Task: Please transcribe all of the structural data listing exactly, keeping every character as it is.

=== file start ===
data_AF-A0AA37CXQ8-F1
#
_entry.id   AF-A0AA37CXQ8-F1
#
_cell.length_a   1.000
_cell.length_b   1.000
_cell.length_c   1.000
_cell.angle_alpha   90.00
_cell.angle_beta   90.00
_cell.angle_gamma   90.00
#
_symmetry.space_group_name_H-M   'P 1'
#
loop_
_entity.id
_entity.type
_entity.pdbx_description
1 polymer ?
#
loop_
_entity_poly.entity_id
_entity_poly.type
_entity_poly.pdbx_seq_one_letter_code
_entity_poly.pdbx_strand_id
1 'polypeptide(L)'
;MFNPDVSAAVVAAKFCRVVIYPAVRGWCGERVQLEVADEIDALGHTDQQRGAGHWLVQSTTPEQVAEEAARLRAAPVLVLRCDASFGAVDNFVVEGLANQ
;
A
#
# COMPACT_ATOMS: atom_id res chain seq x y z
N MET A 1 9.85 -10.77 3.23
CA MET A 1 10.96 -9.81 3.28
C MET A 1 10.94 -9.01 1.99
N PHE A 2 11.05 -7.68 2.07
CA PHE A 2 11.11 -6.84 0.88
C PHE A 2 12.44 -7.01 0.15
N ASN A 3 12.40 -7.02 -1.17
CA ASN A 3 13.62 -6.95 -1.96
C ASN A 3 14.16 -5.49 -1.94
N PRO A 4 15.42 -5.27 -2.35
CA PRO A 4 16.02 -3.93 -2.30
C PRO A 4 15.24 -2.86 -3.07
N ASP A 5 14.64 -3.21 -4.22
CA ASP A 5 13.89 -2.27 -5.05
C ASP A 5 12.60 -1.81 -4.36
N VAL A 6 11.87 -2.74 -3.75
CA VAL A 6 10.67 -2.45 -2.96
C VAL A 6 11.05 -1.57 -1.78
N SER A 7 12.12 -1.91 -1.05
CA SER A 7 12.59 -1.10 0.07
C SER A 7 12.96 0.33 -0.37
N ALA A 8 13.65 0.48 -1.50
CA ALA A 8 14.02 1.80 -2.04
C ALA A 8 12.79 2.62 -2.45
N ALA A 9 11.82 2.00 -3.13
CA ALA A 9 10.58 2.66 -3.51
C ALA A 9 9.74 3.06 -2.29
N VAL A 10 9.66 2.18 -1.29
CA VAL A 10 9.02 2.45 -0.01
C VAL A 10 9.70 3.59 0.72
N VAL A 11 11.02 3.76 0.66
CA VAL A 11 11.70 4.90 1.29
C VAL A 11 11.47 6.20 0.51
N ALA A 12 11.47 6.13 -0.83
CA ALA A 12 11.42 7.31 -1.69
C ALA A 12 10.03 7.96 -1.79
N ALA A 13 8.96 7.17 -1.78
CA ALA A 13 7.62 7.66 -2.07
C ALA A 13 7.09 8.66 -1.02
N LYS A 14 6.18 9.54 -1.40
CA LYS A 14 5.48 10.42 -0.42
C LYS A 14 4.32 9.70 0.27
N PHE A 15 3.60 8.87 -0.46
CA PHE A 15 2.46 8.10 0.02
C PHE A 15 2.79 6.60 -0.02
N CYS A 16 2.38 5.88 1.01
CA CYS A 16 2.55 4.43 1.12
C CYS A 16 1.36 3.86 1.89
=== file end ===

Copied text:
data_AF-A0AA37CXQ8-F1
#
_entry.id   AF-A0AA37CXQ8-F1
#
_cell.length_a   1.000
_cell.length_b   1.000
_cell.length_c   1.000
_cell.angle_alpha   90.00
_cell.angle_beta   90.00
_cell.angle_gamma   90.00
#
_symmetry.space_group_name_H-M   'P 1'
#
loop_
_entity.id
_entity.type
_entity.pdbx_description
1 polymer ?
#
loop_
_entity_poly.entity_id
_entity_poly.type
_entity_poly.pdbx_seq_one_letter_code
_entity_poly.pdbx_strand_id
1 'polypeptide(L)'
;MFNPDVSAAVVAAKFCRVVIYPAVRGWCGERVQLEVADEIDALGHTDQQRGAGHWLVQSTTPEQVAEEAARLRAAPVLVLRCDASFGAVDNFVVEGLANQ
;
A
#
# COMPACT_ATOMS: atom_id res chain seq x y z
N MET A 1 9.85 -10.77 3.23
CA MET A 1 10.96 -9.81 3.28
C MET A 1 10.94 -9.01 1.99
N PHE A 2 11.05 -7.68 2.07
CA PHE A 2 11.11 -6.84 0.88
C PHE A 2 12.44 -7.01 0.15
N ASN A 3 12.40 -7.02 -1.17
CA ASN A 3 13.62 -6.95 -1.96
C ASN A 3 14.16 -5.49 -1.94
N PRO A 4 15.42 -5.27 -2.35
CA PRO A 4 16.02 -3.93 -2.30
C PRO A 4 15.24 -2.86 -3.07
N ASP A 5 14.64 -3.21 -4.22
CA ASP A 5 13.89 -2.27 -5.05
C ASP A 5 12.60 -1.81 -4.36
N VAL A 6 11.87 -2.74 -3.75
CA VAL A 6 10.67 -2.45 -2.96
C VAL A 6 11.05 -1.57 -1.78
N SER A 7 12.12 -1.91 -1.05
CA SER A 7 12.59 -1.10 0.07
C SER A 7 12.96 0.33 -0.37
N ALA A 8 13.65 0.48 -1.50
CA ALA A 8 14.02 1.80 -2.04
C ALA A 8 12.79 2.62 -2.45
N ALA A 9 11.82 2.00 -3.13
CA ALA A 9 10.58 2.66 -3.51
C ALA A 9 9.74 3.06 -2.29
N VAL A 10 9.66 2.18 -1.29
CA VAL A 10 9.02 2.45 -0.01
C VAL A 10 9.70 3.59 0.72
N VAL A 11 11.02 3.76 0.66
CA VAL A 11 11.70 4.90 1.29
C VAL A 11 11.47 6.20 0.51
N ALA A 12 11.47 6.13 -0.83
CA ALA A 12 11.42 7.31 -1.69
C ALA A 12 10.03 7.96 -1.79
N ALA A 13 8.96 7.17 -1.78
CA ALA A 13 7.62 7.66 -2.07
C ALA A 13 7.09 8.66 -1.02
N LYS A 14 6.18 9.54 -1.40
CA LYS A 14 5.48 10.42 -0.42
C LYS A 14 4.32 9.70 0.27
N PHE A 15 3.60 8.87 -0.46
CA PHE A 15 2.46 8.10 0.02
C PHE A 15 2.79 6.60 -0.02
N CYS A 16 2.38 5.88 1.01
CA CYS A 16 2.55 4.43 1.12
C CYS A 16 1.36 3.86 1.89